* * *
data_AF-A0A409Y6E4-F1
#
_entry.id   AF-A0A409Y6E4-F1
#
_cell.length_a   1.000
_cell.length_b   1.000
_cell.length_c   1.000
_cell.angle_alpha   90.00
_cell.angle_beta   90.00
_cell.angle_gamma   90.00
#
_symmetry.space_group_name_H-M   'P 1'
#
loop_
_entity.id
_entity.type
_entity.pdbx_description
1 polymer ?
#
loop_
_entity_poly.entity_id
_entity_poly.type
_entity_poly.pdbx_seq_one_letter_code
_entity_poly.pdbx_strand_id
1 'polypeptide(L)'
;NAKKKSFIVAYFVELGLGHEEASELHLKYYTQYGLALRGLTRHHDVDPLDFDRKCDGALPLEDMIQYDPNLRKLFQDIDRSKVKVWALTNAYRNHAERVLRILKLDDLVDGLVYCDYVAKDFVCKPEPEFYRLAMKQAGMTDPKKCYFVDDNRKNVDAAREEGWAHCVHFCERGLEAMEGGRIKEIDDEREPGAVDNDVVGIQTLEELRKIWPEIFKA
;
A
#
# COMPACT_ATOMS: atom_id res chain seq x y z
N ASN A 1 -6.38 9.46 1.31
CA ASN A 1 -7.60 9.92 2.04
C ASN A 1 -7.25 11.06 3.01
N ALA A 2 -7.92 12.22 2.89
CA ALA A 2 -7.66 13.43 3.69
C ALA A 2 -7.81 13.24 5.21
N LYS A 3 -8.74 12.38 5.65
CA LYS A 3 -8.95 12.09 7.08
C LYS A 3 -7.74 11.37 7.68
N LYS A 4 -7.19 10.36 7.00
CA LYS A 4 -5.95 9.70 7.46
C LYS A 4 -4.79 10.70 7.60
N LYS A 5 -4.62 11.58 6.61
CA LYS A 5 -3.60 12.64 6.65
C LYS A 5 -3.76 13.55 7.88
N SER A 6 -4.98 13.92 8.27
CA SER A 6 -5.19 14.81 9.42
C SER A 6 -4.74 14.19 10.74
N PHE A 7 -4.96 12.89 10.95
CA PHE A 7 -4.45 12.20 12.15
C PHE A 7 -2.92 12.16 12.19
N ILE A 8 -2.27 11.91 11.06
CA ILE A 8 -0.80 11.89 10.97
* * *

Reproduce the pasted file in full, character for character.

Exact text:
data_AF-A0A409Y6E4-F1
#
_entry.id   AF-A0A409Y6E4-F1
#
_cell.length_a   1.000
_cell.length_b   1.000
_cell.length_c   1.000
_cell.angle_alpha   90.00
_cell.angle_beta   90.00
_cell.angle_gamma   90.00
#
_symmetry.space_group_name_H-M   'P 1'
#
loop_
_entity.id
_entity.type
_entity.pdbx_description
1 polymer ?
#
loop_
_entity_poly.entity_id
_entity_poly.type
_entity_poly.pdbx_seq_one_letter_code
_entity_poly.pdbx_strand_id
1 'polypeptide(L)'
;NAKKKSFIVAYFVELGLGHEEASELHLKYYTQYGLALRGLTRHHDVDPLDFDRKCDGALPLEDMIQYDPNLRKLFQDIDRSKVKVWALTNAYRNHAERVLRILKLDDLVDGLVYCDYVAKDFVCKPEPEFYRLAMKQAGMTDPKKCYFVDDNRKNVDAAREEGWAHCVHFCERGLEAMEGGRIKEIDDEREPGAVDNDVVGIQTLEELRKIWPEIFKA
;
A
#
# COMPACT_ATOMS: atom_id res chain seq x y z
N ASN A 1 -6.38 9.46 1.31
CA ASN A 1 -7.60 9.92 2.04
C ASN A 1 -7.25 11.06 3.01
N ALA A 2 -7.92 12.22 2.89
CA ALA A 2 -7.66 13.43 3.69
C ALA A 2 -7.81 13.24 5.21
N LYS A 3 -8.74 12.38 5.65
CA LYS A 3 -8.95 12.09 7.08
C LYS A 3 -7.74 11.37 7.68
N LYS A 4 -7.19 10.36 7.00
CA LYS A 4 -5.95 9.70 7.46
C LYS A 4 -4.79 10.70 7.60
N LYS A 5 -4.62 11.58 6.61
CA LYS A 5 -3.60 12.64 6.65
C LYS A 5 -3.76 13.55 7.88
N SER A 6 -4.98 13.92 8.27
CA SER A 6 -5.19 14.81 9.42
C SER A 6 -4.74 14.19 10.74
N PHE A 7 -4.96 12.89 10.95
CA PHE A 7 -4.45 12.20 12.15
C PHE A 7 -2.92 12.16 12.19
N ILE A 8 -2.27 11.91 11.06
CA ILE A 8 -0.80 11.89 10.97